More and more people are saying that they’re struggling to tolerate the stresses of today’s pace of life. Figures from the Dutch Central Bureau for Statistics show that no less than one in eight employees suffers from burnout complaints. These complaints vary from emotional exhaustion, digestive issues and extreme tiredness to irritability, sleeplessness, broken concentration and high blood pressure. Depression, anxiety and memory problems also occur. Burnouts commonly affect those with perfectionist tendencies who set the bar high for themselves. For these people, a hectic time at work – with deadlines to meet or understaffing, for example – can result in burnout. Complete exhaustion is the consequence.
What is a burnout holiday?
The idea behind most holidays is simply to relax. You’ll go to a nice hotel to lounge by the beach or pool, enjoy good food and chill-out. A burnout holiday is much more than that. Yes, you’ll still be staying at a health or wellness resort. And sure, you can relax by the beach or the pool. But above and beyond that, a burnout holiday is specially designed to prevent exhaustion, as well as eliminate its symptoms and causes.
The holiday consists of various relaxing treatments, such as massage, acupuncture sessions or therapies, and sometimes 1-2-1 coaching sessions too. In this individual coaching, a professional will review your life with you: what challenges are you facing? What are your blind spots? How can you change patterns so that they work better for you? How do you handle setbacks? The coach, therapist or psychologist will help you successfully change undesirable habits, offer insight into how you can protect your boundaries and build in stress-free time.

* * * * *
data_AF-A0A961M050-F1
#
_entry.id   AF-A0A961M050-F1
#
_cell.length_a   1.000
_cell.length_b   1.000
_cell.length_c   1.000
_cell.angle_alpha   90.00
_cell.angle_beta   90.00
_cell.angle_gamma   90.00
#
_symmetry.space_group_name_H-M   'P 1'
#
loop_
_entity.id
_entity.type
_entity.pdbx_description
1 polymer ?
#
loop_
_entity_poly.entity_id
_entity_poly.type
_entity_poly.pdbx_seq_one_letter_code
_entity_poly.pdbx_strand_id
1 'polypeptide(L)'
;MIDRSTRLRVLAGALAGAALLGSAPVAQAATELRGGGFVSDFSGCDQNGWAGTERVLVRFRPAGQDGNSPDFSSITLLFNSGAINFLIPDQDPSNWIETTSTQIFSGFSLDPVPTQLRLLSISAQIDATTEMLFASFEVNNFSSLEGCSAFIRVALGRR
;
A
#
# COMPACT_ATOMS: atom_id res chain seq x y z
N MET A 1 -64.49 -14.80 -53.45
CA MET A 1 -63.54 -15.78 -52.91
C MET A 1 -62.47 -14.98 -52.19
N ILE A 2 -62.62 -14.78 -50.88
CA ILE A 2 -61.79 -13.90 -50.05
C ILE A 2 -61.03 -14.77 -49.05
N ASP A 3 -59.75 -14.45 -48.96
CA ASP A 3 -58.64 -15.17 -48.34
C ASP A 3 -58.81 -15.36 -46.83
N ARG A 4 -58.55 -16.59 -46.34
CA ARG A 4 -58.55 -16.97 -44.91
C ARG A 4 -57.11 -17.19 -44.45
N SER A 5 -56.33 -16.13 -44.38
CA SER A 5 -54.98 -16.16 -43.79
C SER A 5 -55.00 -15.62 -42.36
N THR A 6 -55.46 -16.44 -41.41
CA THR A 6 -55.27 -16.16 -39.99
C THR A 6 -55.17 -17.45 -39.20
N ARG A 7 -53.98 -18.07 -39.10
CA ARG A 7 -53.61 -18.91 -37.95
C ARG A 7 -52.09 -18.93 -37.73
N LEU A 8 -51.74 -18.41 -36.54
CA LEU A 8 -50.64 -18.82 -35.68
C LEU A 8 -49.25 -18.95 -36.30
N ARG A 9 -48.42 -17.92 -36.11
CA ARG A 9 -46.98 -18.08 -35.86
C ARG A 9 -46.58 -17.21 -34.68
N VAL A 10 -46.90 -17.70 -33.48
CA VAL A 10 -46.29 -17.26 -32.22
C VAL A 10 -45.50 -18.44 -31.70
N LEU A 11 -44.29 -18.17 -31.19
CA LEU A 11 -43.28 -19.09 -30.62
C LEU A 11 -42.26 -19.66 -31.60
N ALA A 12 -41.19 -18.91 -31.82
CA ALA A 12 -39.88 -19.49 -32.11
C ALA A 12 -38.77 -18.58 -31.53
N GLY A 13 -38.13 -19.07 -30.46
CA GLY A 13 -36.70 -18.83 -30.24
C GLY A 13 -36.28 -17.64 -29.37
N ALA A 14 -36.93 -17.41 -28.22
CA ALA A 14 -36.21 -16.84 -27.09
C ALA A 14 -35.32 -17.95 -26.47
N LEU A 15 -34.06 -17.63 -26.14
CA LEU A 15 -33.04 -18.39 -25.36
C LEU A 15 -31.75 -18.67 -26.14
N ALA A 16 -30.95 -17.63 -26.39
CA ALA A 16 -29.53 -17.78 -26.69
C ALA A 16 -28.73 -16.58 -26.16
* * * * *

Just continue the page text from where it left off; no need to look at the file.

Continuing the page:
A healthy diet is another important aspect on a burnout holiday. As is physical activity, such as fitness, yoga, Pilates, tai chi and walking. Burnout prevention is in fact about becoming more physically fit. Which is why active and sports holidays are other good options for an anti-stress holiday.
Who are burnout holidays for?
“At the moment, it is mostly those with very demanding jobs – managers and business owners – who are choosing for a burnout holiday as a means of recovering from their hectic lives, in isolation from the rest of the world.” Comments Marleen van Griensven, director at Puurenkuur. “They book this type of holiday to be able to relax their mind and body in a calming location; to take stock. Yet people’s awareness of the importance of a healthy work-life balance in today’s society is growing.” A burnout holiday is therefore a holiday in a luxury health resort for anyone who is feeling simply too pressured, and who wants to avoid this escalating into exhaustion and burnout.